Raitt said it's also critical that Trudeau waive client-solicitor privilege for Wilson-Raybould so she can answer the committee's questions thoroughly.

Jody Wilson-Raybould leaves Question Period and is asked questions by the CBC's Chris Rands 2:39

Trudeau said Wilson-Raybould made the request to address cabinet today, but would not divulge any details of what she said.

Wilson-Raybould said today she remains a Liberal MP. She also said her lawyer, retired Supreme Court justice Thomas Cromwell, is advising her on what she can and can't say before the committee.

"I will appear, but as I said, I'm still in discussions with my counsel about the various privileges and confidences that I have," she said.

Minutes after that statement, Liberal MP Iqra Khalid‏ tweeted that she had issued a notice of motion before the justice committee to invite Wilson-Raybould to appear before the committee looking into the SNC-Lavalin controversy.

Lawyers, academics called to testify

Facing mounting pressure from opposition critics to waive client-solicitor privilege, Trudeau today would say only that he asked Lametti to review the situation and provide him with advice.

Along with Wilson-Raybould and Lametti, other witnesses called to appear before the committee include:

  • Milo Barutciski, lawyer with Borden Ladner Gervais
  • Kenneth Jull, lawyer with Gardiner Roberts LLP
  • Judge Mary Ellen Turpel-Lafond
  • Craig Forcese, law professor at the University of Ottawa
  • Adam Dodek, dean and law professor at the University of Ottawa
  • Nathalie Drouin, deputy minister of justice, deputy attorney general
  • Michael Wernick, Clerk of Privy Council

NDP MP Murray Rankin said he was frustrated by the fact that no one from the PMO was on the witness list.

"The justice committee owes it to Canadians to study this. It's fundamental to our democracy and, frankly, what happened there was a travesty," he said.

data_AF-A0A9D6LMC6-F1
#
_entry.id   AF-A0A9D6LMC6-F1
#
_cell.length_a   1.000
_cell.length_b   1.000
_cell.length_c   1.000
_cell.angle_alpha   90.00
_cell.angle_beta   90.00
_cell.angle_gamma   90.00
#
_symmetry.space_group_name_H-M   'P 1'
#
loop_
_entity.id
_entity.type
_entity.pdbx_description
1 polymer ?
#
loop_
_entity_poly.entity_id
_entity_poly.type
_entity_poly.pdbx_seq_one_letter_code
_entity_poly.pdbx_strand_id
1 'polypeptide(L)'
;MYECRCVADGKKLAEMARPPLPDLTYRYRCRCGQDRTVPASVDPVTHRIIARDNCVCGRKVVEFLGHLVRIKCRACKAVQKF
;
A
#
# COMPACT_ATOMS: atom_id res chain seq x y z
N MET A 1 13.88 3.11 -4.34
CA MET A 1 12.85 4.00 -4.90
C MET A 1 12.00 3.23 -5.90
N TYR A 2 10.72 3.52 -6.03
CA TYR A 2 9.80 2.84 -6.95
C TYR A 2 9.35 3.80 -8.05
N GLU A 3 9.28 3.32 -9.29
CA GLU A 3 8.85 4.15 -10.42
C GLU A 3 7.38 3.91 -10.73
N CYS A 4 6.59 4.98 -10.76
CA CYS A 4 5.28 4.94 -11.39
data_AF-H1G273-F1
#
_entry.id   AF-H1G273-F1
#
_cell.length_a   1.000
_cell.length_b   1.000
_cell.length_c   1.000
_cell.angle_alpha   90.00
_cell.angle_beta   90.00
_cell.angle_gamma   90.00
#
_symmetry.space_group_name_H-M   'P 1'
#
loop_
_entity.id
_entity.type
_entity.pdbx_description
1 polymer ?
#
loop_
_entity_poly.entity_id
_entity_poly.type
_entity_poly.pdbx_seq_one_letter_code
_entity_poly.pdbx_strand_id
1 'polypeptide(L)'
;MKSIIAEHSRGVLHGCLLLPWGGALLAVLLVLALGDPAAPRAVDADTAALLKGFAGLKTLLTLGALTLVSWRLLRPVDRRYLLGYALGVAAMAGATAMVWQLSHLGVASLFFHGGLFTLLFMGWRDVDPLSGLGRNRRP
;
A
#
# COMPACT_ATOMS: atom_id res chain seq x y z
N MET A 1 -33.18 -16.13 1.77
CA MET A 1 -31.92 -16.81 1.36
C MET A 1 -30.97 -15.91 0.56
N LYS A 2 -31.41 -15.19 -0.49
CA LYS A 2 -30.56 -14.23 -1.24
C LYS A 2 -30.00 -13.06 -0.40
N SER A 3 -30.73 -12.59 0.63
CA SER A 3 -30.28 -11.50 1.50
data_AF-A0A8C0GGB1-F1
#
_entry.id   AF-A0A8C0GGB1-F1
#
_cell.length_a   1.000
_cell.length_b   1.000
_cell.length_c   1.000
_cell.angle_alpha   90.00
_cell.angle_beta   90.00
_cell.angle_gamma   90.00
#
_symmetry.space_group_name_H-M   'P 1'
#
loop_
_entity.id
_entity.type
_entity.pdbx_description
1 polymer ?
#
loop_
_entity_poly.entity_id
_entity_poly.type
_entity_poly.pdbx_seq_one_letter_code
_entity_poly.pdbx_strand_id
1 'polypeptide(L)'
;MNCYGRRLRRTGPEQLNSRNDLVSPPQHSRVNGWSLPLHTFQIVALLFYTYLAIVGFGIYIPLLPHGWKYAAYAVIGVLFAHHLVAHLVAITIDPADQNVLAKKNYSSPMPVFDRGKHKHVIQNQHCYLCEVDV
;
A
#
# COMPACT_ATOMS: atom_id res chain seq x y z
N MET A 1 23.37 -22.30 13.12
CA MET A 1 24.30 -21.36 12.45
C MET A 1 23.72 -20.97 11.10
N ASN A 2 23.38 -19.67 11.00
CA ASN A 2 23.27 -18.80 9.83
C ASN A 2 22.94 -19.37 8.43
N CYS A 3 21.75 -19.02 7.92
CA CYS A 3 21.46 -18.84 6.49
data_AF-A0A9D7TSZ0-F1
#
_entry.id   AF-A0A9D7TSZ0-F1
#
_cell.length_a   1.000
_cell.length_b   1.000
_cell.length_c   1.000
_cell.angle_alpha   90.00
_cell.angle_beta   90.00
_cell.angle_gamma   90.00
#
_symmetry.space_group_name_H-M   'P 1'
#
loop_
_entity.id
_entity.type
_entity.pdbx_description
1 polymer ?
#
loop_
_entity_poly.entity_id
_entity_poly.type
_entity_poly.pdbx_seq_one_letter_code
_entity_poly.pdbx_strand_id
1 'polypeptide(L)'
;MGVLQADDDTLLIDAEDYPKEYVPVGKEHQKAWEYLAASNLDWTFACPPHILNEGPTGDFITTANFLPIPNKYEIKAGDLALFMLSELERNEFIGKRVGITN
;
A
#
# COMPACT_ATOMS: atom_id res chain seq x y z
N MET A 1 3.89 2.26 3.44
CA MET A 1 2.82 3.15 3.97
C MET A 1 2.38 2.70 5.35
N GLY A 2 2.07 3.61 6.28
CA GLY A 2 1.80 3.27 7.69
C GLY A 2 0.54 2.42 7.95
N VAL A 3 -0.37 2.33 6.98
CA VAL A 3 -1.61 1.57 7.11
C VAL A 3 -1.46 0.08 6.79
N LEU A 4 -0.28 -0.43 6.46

Trudeau has denied any wrongdoing, as did Butts in his bombshell resignation letter Monday.

Asked today if she was pressured by the Prime Minister's Office, Wilson-Raybould said she is "still working with my lawyer." 

​Liberal MP Randy Boissonnault insisted the committee hearings will yield answers.

"Canadians expect us to treat this matter seriously and fairly and to act with integrity," he said. "That is what we are doing."

Watch Public Safety Minister Ralph Goodale discuss the SNC-Lavalin controversy on Power & Politics

"It's potentially possible, but there's a lot of water to go under the bridge yet," says cabinet minister Ralph Goodale on Power & Politics. 8:18

Comments

To encourage thoughtful and respectful conversations, first and last names will appear with each submission to CBC/Radio-Canada's online communities (except in children and youth-oriented communities). Pseudonyms will no longer be permitted.

By submitting a comment, you accept that CBC has the right to reproduce and publish that comment in whole or in part, in any manner CBC chooses. Please note that CBC does not endorse the opinions expressed in comments. Comments on this story are moderated according to our Submission Guidelines. Comments are welcome while open. We reserve the right to close comments at any time.